The Committee on Institutional Cooperation (CIC) is an institutional participant in the project.[12] The CIC developed in the late 1950s from a cautious exploration of the ways in which 11 major universities — two private and nine state-supported — might pool their resources for the common good. Today the CIC is an active participant in the Google Books Library Project, which becomes something of a logical extension of the initial working relationships forged a half century ago amongst Big Ten universities and the University of Chicago.

The CIC is guided by the Provosts of the member universities; and the CIC Digital Library Initiatives Overview Committee monitors the digitization and dissemination of books in the CIC collections.[13]

"This partnership with Google is one of the most ambitious undertakings in the history of the CIC, and sets the stage for a remarkable transformation of library services and information access. We're opening up these resources as both a common good shared among the universities, as well as a public good available more broadly. "
Barbara McFadden Allen, Director of the CIC.[4]

Complutense University of Madrid

The Complutense University of Madrid (Universidad Complutense) is an institutional participant in the project.[14]

"Out-of-copyright books previously only available to people with access to the University Complutense of Madrid's Library, or the money to travel, will now be accessible to everyone with an Internet connection, wherever they live. We are quite literally opening our library to the world. The opportunities for education are phenomenal and we are delighted to be working with Google on this project."
Carlos Berzosa, Chancellor.[4]

Cornell University

Cornell University (and Cornell University Library) is an institutional participant in the project.[15]

"Research libraries today are integral partners in the academic enterprise through their support of research, teaching and learning. They also serve a public good by enhancing access to the works of the world's best minds. As a major research library, Cornell University Library is pleased to join its peer institutions in this partnership with Google. The outcome of this relationship is a significant reduction in the time and effort associated with providing scholarly full-text resources online."
Ann R. Kenney, Interim Cornell University Librarian.[4]

Ghent University Library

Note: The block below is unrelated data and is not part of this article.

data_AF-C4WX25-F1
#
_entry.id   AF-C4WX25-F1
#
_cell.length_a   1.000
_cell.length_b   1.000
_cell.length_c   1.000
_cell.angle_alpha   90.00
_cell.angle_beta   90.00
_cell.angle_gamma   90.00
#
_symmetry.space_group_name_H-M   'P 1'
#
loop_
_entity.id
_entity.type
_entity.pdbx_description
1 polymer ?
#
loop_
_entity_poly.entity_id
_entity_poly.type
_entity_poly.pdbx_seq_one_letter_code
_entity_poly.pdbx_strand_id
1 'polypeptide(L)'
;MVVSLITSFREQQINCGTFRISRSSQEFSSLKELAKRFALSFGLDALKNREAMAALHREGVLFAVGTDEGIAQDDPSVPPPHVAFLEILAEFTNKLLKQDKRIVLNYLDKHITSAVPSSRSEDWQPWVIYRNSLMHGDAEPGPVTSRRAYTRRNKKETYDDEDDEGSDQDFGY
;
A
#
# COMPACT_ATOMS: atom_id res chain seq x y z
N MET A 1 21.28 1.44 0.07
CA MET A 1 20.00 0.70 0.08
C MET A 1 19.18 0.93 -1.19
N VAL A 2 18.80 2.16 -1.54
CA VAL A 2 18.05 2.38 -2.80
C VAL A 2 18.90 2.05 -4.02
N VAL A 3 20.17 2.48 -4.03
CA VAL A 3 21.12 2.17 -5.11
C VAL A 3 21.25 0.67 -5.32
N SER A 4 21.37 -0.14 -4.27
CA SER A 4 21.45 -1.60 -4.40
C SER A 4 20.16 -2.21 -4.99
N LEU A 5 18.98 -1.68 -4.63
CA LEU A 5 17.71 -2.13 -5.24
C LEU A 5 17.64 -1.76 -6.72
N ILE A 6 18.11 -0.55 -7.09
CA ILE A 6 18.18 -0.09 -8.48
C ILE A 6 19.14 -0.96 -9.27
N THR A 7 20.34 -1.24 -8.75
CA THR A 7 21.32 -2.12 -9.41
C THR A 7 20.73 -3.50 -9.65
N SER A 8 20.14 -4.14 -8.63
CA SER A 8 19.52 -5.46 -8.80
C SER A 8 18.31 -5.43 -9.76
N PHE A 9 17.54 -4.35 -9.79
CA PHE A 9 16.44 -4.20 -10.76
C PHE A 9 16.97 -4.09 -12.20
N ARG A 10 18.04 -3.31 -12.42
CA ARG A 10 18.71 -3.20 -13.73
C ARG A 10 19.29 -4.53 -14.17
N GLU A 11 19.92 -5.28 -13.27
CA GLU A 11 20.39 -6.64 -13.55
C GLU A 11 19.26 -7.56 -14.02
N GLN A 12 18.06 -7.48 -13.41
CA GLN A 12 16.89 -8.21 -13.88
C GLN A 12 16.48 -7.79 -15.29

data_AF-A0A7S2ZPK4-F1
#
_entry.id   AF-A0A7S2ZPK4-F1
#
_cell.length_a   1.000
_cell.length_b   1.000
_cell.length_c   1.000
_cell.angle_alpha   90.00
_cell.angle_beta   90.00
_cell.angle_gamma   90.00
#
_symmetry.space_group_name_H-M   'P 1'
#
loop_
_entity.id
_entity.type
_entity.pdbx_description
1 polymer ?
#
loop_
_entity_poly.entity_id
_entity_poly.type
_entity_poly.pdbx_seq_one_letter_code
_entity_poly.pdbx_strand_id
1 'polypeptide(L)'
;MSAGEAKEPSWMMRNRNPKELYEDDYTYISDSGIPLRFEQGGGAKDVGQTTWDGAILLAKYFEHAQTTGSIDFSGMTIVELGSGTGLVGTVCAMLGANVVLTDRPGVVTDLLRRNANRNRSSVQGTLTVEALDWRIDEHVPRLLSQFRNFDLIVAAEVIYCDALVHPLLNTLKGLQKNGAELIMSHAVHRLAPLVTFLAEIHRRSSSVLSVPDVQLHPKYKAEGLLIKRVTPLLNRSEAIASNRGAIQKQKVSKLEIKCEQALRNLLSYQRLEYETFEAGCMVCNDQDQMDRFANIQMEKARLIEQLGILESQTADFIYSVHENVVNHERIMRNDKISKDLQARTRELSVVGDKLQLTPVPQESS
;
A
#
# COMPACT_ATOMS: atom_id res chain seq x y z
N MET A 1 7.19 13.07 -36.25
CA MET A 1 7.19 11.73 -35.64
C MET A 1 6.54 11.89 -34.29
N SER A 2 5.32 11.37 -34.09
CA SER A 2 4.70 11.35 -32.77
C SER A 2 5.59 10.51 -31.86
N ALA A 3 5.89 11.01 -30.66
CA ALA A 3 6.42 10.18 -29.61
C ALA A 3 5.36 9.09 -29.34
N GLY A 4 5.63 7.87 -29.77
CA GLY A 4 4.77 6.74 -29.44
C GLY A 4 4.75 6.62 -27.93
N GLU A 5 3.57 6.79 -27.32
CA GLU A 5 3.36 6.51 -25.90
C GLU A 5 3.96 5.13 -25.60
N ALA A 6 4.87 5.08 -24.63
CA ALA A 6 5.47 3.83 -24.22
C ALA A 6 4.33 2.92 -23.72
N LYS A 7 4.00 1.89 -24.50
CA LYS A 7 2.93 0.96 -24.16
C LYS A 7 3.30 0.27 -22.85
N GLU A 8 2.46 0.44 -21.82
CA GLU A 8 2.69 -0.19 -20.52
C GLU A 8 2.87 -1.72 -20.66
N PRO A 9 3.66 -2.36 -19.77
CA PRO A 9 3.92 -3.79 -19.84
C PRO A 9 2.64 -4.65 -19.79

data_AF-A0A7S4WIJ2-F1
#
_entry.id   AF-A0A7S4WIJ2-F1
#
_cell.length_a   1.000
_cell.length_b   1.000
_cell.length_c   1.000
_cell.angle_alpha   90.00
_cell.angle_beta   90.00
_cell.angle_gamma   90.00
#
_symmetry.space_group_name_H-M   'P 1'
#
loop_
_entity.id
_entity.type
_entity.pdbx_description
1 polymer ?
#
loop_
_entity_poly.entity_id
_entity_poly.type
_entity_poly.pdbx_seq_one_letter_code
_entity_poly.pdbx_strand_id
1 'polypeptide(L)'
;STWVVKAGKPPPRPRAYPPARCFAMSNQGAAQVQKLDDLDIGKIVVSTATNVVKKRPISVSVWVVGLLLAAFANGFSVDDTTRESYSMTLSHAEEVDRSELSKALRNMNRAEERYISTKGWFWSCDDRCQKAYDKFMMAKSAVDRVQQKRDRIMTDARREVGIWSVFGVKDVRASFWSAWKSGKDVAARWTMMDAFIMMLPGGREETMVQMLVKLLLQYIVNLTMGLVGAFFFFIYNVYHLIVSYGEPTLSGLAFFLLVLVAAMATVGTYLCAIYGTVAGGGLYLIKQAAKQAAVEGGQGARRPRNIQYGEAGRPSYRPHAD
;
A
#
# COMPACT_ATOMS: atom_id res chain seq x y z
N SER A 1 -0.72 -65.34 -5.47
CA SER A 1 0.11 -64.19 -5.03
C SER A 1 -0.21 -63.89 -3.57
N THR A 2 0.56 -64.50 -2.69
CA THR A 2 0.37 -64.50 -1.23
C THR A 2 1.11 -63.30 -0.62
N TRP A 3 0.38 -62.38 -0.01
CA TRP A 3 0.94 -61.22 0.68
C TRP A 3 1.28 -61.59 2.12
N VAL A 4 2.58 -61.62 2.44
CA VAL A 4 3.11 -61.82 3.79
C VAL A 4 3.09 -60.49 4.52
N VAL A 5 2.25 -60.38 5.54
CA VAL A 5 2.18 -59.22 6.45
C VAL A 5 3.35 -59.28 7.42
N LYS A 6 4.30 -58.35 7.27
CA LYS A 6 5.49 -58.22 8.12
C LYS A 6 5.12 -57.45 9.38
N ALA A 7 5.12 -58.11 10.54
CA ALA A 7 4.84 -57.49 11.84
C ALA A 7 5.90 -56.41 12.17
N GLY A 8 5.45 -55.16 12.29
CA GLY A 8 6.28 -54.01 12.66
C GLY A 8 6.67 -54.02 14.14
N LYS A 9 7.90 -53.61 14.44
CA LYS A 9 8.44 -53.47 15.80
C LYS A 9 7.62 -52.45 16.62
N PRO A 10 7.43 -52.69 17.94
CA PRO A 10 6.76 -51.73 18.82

Ghent University (and Boekentoren/Ghent University Library) is an institutional participant in the project.[16]

'We are thrilled to open our books and our library to the world through this project. This is an exciting effort to help readers — no matter where they are — discover and access part of Belgium and Europe's rich literary tradition and culture. In addition, we are about to start a multi-year project to renovate our library building, and while our library's doors will be closed, its books will remain open to students and academics through Google Book Search."
Sylvia Van Peteghem, Chief Librarian, Ghent University Library.[4]

Keio University

Keio University (and Keio Media Centers (Libraries)) is an institutional participant in the project.[17]

"The Google project allows us to make our collections visible worldwide, so that our books will contribute to research and education on a global scale. Our university was founded in 1858 by Yukichi Fukuzawa, who was well known for his commitment to bringing information and media forward in modern Japan. This makes Keio ideally suited to be the first Japanese library to participate in Google Book Search."
— Professor S. Sugiyama, Director, Keio University Library.[4]

National Library of Catalonia

The National Library of Catalonia (Biblioteca de Catalunya) is an institutional participant in the project.[18]

"It once was the case that only those who could visit our library were able to 'visit' our books. Now, anyone interested in the vast number of titles our library houses will be able to find and access them online–or perhaps just discover them by chance via a simple search of the Google Book Search index. This is a tremendous step forward for enabling readers all around the world to discover and access the rich history of Catalonian, Castilian, and Latin American literature."
-- Dolors Lamarca, Director of the National Library of Barcelona.[4]

Princeton University

Princeton University (and Princeton University Library) is an institutional participant in the project.[19]

"Generations of Princeton librarians have devoted themselves to building a remarkable collection of books in thousands of subjects and dozens of languages. Having the portion of that collection not covered by copyright available online will make it easier for Princeton students and faculty to do research, and joining the Google partnership allows us to share our collection with researchers worldwide, a step very much in keeping with the University's unofficial motto of Princeton in the nation's service and in the service of all nations."